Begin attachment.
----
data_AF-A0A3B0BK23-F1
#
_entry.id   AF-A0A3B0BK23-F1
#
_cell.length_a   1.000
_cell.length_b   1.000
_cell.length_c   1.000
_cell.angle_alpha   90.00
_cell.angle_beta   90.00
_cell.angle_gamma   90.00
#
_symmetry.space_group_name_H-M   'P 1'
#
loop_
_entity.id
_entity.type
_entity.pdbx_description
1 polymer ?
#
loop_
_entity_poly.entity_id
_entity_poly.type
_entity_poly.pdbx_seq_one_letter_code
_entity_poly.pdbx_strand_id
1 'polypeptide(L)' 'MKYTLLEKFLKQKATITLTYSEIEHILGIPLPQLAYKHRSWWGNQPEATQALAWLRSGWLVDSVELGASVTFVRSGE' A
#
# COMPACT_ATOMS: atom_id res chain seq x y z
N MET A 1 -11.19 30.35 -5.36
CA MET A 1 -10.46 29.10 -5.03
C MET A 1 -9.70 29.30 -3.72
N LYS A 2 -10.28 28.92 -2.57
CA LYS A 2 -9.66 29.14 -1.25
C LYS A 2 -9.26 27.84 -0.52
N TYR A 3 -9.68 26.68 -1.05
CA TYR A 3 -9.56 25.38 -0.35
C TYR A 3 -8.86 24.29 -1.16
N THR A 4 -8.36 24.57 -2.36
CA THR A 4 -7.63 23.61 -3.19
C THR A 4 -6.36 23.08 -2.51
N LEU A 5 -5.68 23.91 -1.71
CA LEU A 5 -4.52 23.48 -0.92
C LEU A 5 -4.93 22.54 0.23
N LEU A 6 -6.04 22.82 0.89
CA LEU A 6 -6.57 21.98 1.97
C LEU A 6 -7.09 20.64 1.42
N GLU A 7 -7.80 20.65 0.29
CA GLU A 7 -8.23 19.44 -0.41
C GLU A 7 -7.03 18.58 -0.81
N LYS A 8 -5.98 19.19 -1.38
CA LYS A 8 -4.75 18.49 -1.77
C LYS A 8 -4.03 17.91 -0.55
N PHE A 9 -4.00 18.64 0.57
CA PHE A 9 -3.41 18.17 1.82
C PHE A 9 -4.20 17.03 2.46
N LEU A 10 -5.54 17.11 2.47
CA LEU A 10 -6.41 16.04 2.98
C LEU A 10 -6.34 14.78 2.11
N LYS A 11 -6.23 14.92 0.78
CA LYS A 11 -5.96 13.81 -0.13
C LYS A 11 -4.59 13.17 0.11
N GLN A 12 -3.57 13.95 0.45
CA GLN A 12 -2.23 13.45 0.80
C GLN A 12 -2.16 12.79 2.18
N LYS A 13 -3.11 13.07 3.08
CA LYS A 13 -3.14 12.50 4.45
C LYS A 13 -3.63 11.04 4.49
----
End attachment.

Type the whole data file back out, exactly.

data_AF-A0A3B0BK23-F1
#
_entry.id   AF-A0A3B0BK23-F1
#
_cell.length_a   1.000
_cell.length_b   1.000
_cell.length_c   1.000
_cell.angle_alpha   90.00
_cell.angle_beta   90.00
_cell.angle_gamma   90.00
#
_symmetry.space_group_name_H-M   'P 1'
#
loop_
_entity.id
_entity.type
_entity.pdbx_description
1 polymer ?
#
loop_
_entity_poly.entity_id
_entity_poly.type
_entity_poly.pdbx_seq_one_letter_code
_entity_poly.pdbx_strand_id
1 'polypeptide(L)' 'MKYTLLEKFLKQKATITLTYSEIEHILGIPLPQLAYKHRSWWGNQPEATQALAWLRSGWLVDSVELGASVTFVRSGE' A
#
# COMPACT_ATOMS: atom_id res chain seq x y z
N MET A 1 -11.19 30.35 -5.36
CA MET A 1 -10.46 29.10 -5.03
C MET A 1 -9.70 29.30 -3.72
N LYS A 2 -10.28 28.92 -2.57
CA LYS A 2 -9.66 29.14 -1.25
C LYS A 2 -9.26 27.84 -0.52
N TYR A 3 -9.68 26.68 -1.05
CA TYR A 3 -9.56 25.38 -0.35
C TYR A 3 -8.86 24.29 -1.16
N THR A 4 -8.36 24.57 -2.36
CA THR A 4 -7.63 23.61 -3.19
C THR A 4 -6.36 23.08 -2.51
N LEU A 5 -5.68 23.91 -1.71
CA LEU A 5 -4.52 23.48 -0.92
C LEU A 5 -4.93 22.54 0.23
N LEU A 6 -6.04 22.82 0.89
CA LEU A 6 -6.57 21.98 1.97
C LEU A 6 -7.09 20.64 1.42
N GLU A 7 -7.80 20.65 0.29
CA GLU A 7 -8.23 19.44 -0.41
C GLU A 7 -7.03 18.58 -0.81
N LYS A 8 -5.98 19.19 -1.38
CA LYS A 8 -4.75 18.49 -1.77
C LYS A 8 -4.03 17.91 -0.55
N PHE A 9 -4.00 18.64 0.57
CA PHE A 9 -3.41 18.17 1.82
C PHE A 9 -4.20 17.03 2.46
N LEU A 10 -5.54 17.11 2.47
CA LEU A 10 -6.41 16.04 2.98
C LEU A 10 -6.34 14.78 2.11
N LYS A 11 -6.23 14.92 0.78
CA LYS A 11 -5.96 13.81 -0.13
C LYS A 11 -4.59 13.17 0.11
N GLN A 12 -3.57 13.95 0.45
CA GLN A 12 -2.23 13.45 0.80
C GLN A 12 -2.16 12.79 2.18
N LYS A 13 -3.11 13.07 3.08
CA LYS A 13 -3.14 12.50 4.45
C LYS A 13 -3.63 11.04 4.49